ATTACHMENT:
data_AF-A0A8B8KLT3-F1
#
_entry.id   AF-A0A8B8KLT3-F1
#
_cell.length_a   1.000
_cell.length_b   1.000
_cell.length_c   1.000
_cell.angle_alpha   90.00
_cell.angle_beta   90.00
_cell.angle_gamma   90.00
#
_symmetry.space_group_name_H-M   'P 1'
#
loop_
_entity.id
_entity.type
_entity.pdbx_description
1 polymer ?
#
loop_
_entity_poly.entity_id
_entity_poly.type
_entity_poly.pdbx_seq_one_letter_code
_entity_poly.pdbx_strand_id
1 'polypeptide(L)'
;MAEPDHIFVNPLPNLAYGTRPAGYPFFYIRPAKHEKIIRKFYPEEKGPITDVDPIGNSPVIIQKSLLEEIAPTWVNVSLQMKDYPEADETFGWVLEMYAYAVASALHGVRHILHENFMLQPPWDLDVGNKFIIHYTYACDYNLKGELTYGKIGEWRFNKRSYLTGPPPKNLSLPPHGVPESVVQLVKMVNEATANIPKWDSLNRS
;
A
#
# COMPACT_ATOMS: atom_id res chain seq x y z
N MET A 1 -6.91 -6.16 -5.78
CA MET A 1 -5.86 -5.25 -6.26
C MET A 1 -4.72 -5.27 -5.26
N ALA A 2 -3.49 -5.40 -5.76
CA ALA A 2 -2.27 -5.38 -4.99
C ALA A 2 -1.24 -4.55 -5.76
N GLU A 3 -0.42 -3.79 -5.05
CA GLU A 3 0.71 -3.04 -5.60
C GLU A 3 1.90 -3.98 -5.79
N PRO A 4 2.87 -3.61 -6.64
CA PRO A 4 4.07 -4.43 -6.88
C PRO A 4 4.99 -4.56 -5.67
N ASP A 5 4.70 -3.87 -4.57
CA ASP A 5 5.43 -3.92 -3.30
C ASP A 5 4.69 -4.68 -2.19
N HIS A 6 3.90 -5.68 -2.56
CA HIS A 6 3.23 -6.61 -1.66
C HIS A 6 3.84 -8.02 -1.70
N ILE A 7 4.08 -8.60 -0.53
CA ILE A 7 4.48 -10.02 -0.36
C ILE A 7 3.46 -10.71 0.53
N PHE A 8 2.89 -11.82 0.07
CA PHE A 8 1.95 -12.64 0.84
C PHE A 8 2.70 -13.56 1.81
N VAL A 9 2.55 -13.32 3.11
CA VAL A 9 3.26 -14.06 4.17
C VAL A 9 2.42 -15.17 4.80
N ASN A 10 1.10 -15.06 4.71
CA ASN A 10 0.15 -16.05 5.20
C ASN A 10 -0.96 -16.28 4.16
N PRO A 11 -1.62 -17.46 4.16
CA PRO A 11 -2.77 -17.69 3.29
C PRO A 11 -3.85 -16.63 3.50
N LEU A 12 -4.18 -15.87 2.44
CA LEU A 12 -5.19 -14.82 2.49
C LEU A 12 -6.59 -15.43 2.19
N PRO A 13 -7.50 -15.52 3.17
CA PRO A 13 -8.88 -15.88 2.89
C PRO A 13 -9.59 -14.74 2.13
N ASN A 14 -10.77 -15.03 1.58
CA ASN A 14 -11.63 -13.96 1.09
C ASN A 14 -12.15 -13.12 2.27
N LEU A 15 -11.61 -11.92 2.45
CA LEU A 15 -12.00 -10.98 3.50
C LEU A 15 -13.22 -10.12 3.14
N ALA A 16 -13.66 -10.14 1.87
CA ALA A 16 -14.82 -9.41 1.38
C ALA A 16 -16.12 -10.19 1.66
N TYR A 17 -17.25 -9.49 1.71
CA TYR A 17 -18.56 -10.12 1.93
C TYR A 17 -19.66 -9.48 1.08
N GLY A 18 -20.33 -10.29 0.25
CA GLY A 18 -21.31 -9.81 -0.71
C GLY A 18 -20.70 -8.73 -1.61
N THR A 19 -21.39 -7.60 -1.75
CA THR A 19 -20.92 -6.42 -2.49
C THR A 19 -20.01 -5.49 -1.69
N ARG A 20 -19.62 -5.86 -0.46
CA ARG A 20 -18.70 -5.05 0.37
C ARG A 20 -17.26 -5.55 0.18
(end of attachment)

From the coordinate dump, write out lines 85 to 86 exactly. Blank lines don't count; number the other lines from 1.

N THR A 19 -21.39 -7.60 -1.75
CA THR A 19 -20.92 -6.42 -2.49